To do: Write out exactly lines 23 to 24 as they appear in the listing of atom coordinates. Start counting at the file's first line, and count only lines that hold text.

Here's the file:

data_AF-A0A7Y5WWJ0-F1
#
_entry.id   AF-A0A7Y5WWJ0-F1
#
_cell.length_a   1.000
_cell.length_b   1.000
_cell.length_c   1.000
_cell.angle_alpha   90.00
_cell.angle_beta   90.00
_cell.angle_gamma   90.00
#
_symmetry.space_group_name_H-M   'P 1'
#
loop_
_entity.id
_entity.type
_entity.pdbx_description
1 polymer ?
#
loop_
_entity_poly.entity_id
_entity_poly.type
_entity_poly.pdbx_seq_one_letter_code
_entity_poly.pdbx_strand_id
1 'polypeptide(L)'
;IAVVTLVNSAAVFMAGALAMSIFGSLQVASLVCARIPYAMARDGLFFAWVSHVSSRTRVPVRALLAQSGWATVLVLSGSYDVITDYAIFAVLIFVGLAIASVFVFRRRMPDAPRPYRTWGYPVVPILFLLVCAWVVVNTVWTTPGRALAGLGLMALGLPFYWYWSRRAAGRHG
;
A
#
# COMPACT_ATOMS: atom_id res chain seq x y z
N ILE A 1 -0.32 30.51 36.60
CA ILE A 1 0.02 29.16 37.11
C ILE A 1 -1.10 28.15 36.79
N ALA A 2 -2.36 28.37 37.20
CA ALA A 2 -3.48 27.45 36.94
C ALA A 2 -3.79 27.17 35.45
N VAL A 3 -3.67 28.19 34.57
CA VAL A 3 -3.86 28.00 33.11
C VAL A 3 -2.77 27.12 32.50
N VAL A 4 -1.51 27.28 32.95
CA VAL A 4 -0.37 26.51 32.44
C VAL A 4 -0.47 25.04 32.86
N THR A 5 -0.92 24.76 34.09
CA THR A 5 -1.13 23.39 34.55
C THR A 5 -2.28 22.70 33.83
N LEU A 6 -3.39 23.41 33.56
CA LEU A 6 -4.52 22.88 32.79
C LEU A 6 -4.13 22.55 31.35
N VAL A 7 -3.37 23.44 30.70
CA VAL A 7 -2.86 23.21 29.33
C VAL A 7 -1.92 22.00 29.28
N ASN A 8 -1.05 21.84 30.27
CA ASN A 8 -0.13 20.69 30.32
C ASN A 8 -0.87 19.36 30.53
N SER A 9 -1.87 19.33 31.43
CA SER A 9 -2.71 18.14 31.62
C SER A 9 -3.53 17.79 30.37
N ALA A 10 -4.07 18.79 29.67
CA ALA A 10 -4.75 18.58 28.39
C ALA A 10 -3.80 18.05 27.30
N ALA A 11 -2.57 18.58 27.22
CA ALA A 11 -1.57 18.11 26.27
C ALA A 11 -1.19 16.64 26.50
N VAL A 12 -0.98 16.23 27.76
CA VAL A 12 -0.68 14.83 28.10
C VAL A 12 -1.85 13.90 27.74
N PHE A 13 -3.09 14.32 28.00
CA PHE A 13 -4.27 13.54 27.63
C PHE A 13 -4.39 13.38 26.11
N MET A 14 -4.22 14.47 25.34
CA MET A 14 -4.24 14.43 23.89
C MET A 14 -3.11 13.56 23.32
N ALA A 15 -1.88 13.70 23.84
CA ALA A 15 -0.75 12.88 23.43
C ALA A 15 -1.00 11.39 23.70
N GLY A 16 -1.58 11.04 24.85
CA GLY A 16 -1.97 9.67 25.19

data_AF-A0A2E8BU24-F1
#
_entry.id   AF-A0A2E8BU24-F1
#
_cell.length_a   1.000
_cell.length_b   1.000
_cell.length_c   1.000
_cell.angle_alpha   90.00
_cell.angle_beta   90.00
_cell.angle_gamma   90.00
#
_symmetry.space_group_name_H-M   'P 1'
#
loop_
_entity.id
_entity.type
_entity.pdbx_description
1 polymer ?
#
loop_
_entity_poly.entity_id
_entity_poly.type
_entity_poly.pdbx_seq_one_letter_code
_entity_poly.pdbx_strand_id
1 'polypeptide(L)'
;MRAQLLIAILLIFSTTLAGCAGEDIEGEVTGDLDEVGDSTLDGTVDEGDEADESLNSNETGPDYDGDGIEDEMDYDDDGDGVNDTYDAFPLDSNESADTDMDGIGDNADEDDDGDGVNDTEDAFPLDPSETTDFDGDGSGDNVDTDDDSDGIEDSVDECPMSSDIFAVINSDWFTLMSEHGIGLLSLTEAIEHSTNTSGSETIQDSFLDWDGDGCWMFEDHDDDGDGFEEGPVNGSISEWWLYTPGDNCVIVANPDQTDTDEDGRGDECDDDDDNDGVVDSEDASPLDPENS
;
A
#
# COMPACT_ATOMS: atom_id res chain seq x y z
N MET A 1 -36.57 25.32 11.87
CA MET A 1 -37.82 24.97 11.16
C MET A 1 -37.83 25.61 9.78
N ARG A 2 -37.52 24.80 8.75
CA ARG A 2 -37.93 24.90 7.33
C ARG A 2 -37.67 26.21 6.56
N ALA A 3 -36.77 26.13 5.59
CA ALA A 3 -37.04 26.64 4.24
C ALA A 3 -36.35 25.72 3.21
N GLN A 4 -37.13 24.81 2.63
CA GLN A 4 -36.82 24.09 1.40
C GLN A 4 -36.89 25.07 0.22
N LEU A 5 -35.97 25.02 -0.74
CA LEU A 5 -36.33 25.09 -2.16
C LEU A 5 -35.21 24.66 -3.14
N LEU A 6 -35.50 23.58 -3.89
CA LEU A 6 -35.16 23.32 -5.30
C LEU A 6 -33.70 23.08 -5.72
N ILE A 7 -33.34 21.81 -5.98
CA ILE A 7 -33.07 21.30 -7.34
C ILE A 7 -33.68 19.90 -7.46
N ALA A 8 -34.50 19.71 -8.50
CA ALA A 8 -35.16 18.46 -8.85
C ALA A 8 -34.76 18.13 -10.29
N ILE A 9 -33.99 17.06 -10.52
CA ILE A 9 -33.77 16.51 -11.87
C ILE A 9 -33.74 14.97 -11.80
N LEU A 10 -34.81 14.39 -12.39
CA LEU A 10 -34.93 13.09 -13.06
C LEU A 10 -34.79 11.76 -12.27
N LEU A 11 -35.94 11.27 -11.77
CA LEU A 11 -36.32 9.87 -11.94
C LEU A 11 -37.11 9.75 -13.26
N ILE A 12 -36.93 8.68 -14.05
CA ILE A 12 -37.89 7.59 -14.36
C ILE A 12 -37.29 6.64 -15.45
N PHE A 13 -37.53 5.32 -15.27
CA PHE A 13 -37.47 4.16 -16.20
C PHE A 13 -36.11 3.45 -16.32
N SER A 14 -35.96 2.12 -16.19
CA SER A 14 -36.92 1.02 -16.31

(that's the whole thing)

_entity_poly.pdbx_seq_one_letter_code
_entity_poly.pdbx_strand_id